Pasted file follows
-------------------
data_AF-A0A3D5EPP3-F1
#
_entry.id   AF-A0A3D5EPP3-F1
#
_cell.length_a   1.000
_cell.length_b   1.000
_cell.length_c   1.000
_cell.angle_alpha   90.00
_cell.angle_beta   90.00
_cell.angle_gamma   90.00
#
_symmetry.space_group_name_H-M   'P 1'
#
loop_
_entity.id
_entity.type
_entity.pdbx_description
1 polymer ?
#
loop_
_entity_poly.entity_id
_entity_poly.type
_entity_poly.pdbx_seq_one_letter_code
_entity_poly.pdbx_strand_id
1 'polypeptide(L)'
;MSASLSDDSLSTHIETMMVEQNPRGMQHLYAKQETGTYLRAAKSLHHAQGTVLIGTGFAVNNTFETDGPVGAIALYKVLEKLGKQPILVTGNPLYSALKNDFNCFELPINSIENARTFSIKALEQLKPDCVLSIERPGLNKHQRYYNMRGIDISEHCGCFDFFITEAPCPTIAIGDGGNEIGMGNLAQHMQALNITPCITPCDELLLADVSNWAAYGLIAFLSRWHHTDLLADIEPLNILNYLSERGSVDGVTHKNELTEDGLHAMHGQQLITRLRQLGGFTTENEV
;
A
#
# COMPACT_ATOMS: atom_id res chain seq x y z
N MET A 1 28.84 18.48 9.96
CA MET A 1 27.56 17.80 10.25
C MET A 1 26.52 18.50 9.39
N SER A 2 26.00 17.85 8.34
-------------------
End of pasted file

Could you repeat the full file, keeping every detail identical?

data_AF-A0A3D5EPP3-F1
#
_entry.id   AF-A0A3D5EPP3-F1
#
_cell.length_a   1.000
_cell.length_b   1.000
_cell.length_c   1.000
_cell.angle_alpha   90.00
_cell.angle_beta   90.00
_cell.angle_gamma   90.00
#
_symmetry.space_group_name_H-M   'P 1'
#
loop_
_entity.id
_entity.type
_entity.pdbx_description
1 polymer ?
#
loop_
_entity_poly.entity_id
_entity_poly.type
_entity_poly.pdbx_seq_one_letter_code
_entity_poly.pdbx_strand_id
1 'polypeptide(L)'
;MSASLSDDSLSTHIETMMVEQNPRGMQHLYAKQETGTYLRAAKSLHHAQGTVLIGTGFAVNNTFETDGPVGAIALYKVLEKLGKQPILVTGNPLYSALKNDFNCFELPINSIENARTFSIKALEQLKPDCVLSIERPGLNKHQRYYNMRGIDISEHCGCFDFFITEAPCPTIAIGDGGNEIGMGNLAQHMQALNITPCITPCDELLLADVSNWAAYGLIAFLSRWHHTDLLADIEPLNILNYLSERGSVDGVTHKNELTEDGLHAMHGQQLITRLRQLGGFTTENEV
;
A
#
# COMPACT_ATOMS: atom_id res chain seq x y z
N MET A 1 28.84 18.48 9.96
CA MET A 1 27.56 17.80 10.25
C MET A 1 26.52 18.50 9.39
N SER A 2 26.00 17.85 8.34